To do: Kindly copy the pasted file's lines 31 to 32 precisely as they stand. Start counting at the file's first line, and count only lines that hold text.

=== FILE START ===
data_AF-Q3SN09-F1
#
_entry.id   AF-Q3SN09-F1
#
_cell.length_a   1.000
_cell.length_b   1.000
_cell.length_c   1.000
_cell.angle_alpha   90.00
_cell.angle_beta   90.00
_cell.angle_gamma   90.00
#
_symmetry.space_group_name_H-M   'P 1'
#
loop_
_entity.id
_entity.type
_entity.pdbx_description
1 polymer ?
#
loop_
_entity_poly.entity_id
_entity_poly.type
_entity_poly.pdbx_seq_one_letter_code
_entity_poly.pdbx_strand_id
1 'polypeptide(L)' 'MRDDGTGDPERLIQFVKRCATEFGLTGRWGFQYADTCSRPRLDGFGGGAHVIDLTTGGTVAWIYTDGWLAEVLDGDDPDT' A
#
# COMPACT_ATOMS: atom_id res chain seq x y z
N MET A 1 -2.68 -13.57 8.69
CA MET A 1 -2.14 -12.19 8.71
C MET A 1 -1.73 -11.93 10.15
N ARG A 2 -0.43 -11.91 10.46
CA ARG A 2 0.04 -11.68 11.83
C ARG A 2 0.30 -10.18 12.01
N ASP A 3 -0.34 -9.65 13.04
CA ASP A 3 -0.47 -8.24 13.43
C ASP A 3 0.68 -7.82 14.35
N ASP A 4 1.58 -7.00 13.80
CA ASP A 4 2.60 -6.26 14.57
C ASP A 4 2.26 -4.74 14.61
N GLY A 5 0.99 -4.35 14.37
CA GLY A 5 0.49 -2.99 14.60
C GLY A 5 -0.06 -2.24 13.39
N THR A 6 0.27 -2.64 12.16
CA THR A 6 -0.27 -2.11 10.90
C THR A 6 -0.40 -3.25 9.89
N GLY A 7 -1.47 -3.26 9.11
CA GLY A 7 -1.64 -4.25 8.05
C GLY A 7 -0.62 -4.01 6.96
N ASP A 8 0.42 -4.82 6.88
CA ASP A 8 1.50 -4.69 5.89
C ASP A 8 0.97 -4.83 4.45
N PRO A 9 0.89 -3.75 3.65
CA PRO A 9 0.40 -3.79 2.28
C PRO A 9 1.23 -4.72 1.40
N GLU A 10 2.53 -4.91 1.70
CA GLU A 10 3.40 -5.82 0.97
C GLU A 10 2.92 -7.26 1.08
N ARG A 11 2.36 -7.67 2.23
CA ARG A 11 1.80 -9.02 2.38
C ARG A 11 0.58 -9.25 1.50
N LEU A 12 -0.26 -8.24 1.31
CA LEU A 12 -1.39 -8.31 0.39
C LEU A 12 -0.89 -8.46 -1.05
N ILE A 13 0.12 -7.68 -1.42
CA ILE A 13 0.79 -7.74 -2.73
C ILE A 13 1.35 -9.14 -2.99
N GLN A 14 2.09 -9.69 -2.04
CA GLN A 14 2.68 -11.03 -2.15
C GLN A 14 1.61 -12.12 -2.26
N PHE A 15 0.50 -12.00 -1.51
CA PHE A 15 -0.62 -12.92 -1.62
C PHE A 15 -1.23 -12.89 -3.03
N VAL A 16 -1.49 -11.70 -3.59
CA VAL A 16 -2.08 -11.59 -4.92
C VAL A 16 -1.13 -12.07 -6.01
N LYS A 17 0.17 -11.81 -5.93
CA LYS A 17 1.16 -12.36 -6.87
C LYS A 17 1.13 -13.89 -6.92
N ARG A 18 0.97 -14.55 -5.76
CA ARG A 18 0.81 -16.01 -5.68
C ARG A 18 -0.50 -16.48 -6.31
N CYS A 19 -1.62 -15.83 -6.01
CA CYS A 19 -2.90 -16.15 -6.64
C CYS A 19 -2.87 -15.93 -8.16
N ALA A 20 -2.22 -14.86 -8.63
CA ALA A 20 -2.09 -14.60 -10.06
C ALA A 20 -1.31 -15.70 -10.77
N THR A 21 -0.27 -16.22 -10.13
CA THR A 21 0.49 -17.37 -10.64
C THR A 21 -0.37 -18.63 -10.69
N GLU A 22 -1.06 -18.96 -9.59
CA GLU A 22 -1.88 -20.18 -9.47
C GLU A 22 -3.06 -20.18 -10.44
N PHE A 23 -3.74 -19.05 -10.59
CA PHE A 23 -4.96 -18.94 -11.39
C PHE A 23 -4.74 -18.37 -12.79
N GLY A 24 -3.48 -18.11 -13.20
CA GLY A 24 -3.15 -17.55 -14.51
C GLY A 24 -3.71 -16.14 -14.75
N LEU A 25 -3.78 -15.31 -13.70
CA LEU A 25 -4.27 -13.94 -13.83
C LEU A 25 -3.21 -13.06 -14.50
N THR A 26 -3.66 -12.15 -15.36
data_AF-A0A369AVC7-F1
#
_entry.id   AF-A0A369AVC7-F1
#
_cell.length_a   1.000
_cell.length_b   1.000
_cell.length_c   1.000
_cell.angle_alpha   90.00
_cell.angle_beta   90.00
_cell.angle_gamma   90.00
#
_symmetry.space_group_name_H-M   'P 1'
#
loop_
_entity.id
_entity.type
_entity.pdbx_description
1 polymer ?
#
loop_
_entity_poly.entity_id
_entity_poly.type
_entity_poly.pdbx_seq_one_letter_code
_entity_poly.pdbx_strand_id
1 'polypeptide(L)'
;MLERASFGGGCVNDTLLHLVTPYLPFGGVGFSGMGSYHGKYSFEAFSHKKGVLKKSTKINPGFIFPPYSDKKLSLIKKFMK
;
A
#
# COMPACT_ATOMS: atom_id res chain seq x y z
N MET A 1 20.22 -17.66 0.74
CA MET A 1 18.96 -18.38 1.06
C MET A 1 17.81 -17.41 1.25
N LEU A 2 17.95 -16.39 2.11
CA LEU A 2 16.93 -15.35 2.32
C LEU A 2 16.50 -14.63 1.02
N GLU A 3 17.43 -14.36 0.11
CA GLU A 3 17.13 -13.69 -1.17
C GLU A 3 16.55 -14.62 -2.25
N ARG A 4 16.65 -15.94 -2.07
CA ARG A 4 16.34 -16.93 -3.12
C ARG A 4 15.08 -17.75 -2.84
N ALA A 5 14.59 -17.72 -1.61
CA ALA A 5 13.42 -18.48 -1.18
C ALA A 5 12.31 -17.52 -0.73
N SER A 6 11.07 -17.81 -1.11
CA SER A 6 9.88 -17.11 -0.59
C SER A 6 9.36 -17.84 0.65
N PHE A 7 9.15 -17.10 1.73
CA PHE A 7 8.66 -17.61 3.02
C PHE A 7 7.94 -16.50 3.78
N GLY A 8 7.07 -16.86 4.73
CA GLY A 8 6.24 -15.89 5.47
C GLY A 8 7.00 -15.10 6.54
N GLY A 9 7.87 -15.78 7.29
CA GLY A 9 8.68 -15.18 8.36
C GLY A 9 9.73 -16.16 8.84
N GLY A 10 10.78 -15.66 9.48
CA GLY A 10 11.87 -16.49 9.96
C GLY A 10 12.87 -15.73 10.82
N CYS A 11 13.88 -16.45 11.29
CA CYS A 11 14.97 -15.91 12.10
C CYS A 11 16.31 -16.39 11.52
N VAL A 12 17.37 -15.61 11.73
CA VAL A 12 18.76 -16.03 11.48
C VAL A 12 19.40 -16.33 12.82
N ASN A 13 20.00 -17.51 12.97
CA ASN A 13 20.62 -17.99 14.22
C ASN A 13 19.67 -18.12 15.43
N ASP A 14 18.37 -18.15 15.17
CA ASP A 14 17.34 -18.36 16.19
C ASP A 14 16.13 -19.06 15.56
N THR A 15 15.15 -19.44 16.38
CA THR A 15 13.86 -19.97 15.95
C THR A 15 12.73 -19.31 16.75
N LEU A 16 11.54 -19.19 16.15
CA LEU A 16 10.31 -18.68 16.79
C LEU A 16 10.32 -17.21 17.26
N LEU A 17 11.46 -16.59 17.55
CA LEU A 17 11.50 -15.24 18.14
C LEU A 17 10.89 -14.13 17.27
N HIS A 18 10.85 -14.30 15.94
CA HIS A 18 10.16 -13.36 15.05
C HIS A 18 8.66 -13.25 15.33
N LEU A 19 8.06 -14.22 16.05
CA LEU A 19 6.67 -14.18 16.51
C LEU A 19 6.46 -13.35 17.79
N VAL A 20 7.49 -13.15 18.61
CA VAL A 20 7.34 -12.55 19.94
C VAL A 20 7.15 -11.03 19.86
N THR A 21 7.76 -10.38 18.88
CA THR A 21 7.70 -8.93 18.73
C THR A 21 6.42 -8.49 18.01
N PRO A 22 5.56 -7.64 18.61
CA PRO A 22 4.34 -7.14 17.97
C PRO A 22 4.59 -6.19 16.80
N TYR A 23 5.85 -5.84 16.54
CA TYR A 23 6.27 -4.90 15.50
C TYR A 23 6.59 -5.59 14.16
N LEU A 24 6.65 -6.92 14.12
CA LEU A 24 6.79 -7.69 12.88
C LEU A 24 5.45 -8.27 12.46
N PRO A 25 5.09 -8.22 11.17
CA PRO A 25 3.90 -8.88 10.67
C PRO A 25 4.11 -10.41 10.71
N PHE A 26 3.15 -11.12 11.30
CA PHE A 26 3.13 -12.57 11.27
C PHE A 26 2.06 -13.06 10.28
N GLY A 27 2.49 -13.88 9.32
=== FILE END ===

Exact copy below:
N ARG A 2 -0.43 -11.91 10.46
CA ARG A 2 0.04 -11.68 11.83